Show simple item record

dc.contributor.authorYessick, Lindseyen
dc.date.accessioned2018-09-29T15:11:01Z
dc.date.available2018-09-29T15:11:01Z
dc.identifier.urihttp://hdl.handle.net/1974/24898
dc.description.abstractVulvodynia (i.e., idiopathic chronic pain affecting the vulva) is a common but poorly understood pain condition, affecting 16% of women in the general population and leading to negative impacts in many life domains, including psychosocial function and reproductive potential (Pukall et al., 2016). An emerging body of research suggests that central factors (i.e., those involving the brain and spinal cord) may play a role in the etiology and/or maintenance of vulvodynia (Pukall et al., 2016). Functional magnetic resonance imaging (fMRI) studies have indicated that women with provoked vestibulodynia (PVD)—a form of vulvodynia characterized by provoked pain in response to pressure applied to the vaginal entrance—exhibit increased neural activity in response to both genital and non-genital stimulation in cortical areas related to pain modulation (Hampson et al., 2013; Pukall et al., 2005; Sutton et al., 2015; Pazmany et al., 2017). However, despite the fundamental role of the brainstem and spinal cord in descending modulation of pain, no studies have attempted to examine activation patterns in the spinal cord of women with vulvodynia. The aim of this study was to examine spinal cord and brain connectivity and activation in women with PVD during painful hand stimulation to evoke descending modulation, the process responsible for the descending control of pain involving brain, supraspinal, and spinal structures (Gebhart, 2004). We hypothesized that women with PVD would exhibit altered connectivity in regions of the brain and spinal cord, indicating diminished descending modulation, and would also have greater blood oxygen level dependent (BOLD) responses in regions previously associated with pain processing. The results of this study examining the spinal cord/brainstem revealed alterations in the connectivity and BOLD responses of regions related to pain modulation. Investigation of the brain revealed similar regions of connectivity in women with PVD and control women; however, this study adds to a growing body of research that have found alterations in the fMRI response of these brain regions in women with PVD. Through furthering our knowledge of spinally-mediated pain mechanisms in PVD, this study provides a more comprehensive understanding of the role of central processing in women with PVD.en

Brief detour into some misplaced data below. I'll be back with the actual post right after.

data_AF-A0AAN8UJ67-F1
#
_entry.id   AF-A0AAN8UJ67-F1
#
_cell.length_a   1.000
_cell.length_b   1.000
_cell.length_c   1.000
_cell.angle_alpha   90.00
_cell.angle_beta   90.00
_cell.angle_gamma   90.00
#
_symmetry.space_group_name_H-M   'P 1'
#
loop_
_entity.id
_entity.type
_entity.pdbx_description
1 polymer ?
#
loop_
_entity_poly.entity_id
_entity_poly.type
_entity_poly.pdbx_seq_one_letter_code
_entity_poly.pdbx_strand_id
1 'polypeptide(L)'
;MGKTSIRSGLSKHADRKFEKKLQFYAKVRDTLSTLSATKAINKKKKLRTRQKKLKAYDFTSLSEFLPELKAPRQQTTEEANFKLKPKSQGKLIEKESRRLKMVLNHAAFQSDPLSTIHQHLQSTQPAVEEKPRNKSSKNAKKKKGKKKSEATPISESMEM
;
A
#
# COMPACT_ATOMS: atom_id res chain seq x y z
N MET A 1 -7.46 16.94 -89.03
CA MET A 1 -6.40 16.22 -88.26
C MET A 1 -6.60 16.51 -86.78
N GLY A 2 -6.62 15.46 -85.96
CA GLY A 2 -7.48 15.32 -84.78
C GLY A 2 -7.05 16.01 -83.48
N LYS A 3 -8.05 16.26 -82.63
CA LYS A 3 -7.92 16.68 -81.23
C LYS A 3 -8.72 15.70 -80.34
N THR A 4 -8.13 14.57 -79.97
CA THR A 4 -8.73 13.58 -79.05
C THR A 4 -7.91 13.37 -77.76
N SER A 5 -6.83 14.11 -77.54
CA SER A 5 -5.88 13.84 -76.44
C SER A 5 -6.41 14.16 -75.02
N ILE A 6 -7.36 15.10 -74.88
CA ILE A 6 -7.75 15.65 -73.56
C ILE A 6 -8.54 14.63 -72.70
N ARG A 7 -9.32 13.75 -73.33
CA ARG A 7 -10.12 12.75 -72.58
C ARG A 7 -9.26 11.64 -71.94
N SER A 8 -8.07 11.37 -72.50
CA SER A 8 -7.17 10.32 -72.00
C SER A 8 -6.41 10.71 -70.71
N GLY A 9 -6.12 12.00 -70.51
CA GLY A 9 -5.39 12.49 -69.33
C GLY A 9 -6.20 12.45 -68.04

dc.language.isoengen
dc.relation.ispartofseriesCanadian thesesen
dc.rightsQueen's University's Thesis/Dissertation Non-Exclusive License for Deposit to QSpace and Library and Archives Canadaen
dc.rightsProQuest PhD and Master's Theses International Dissemination Agreementen
dc.rightsIntellectual Property Guidelines at Queen's Universityen
dc.rightsCopying and Preserving Your Thesisen
dc.rightsThis publication is made available by the authority of the copyright owner solely for the purpose of private study and research and may not be copied or reproduced except as permitted by the copyright laws without written authority from the copyright owner.en
dc.rightsAttribution-NonCommercial-NoDerivs 3.0 United Statesen
dc.rights.urihttp://creativecommons.org/licenses/by-nc-nd/3.0/us/
dc.subjectProvoked Vestibulodyniaen
dc.subjectPelvic Painen
dc.subjectfunctional Magnetic Resonance Imagingen
dc.subjectSpinal Cord/Brainstem Imagingen
dc.titleFunctional Magnetic Resonance Imaging of the Spinal Cord/Brainstem and Brain in Women With Provoked Vestibulodyniaen
dc.typethesisen
dc.description.degreeM.Sc.en
dc.contributor.supervisorPukall, Carolineen
dc.contributor.supervisorStroman, Patricken
dc.contributor.departmentPsychologyen
dc.embargo.termsI am restricting my thesis for the maximum of five years because I intend to publish and want to protect rights to commercial publication.en
dc.embargo.liftdate2023-09-27T13:30:06Z
dc.degree.grantorQueen's University at Kingstonen


Files in this item

Thumbnail
Thumbnail

This item appears in the following Collection(s)

Show simple item record

Queen's University's Thesis/Dissertation Non-Exclusive License for Deposit to QSpace and Library and Archives Canada
Except where otherwise noted, this item's license is described as Queen's University's Thesis/Dissertation Non-Exclusive License for Deposit to QSpace and Library and Archives Canada